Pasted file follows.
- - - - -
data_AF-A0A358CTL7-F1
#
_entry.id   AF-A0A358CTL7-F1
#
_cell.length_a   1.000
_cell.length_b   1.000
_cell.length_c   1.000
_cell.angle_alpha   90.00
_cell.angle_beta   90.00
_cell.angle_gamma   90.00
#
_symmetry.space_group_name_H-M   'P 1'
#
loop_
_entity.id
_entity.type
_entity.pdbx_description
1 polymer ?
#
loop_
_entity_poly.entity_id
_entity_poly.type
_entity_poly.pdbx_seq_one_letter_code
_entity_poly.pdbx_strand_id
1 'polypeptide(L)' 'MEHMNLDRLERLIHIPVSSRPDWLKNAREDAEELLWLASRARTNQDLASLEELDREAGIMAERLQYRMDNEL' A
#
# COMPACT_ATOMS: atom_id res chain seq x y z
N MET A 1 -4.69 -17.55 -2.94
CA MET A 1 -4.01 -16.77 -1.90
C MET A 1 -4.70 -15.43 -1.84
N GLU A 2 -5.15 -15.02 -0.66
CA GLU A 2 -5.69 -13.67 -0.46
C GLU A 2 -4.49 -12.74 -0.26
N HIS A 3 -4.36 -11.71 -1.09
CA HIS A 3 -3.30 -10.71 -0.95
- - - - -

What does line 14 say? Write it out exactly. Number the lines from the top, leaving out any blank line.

loop_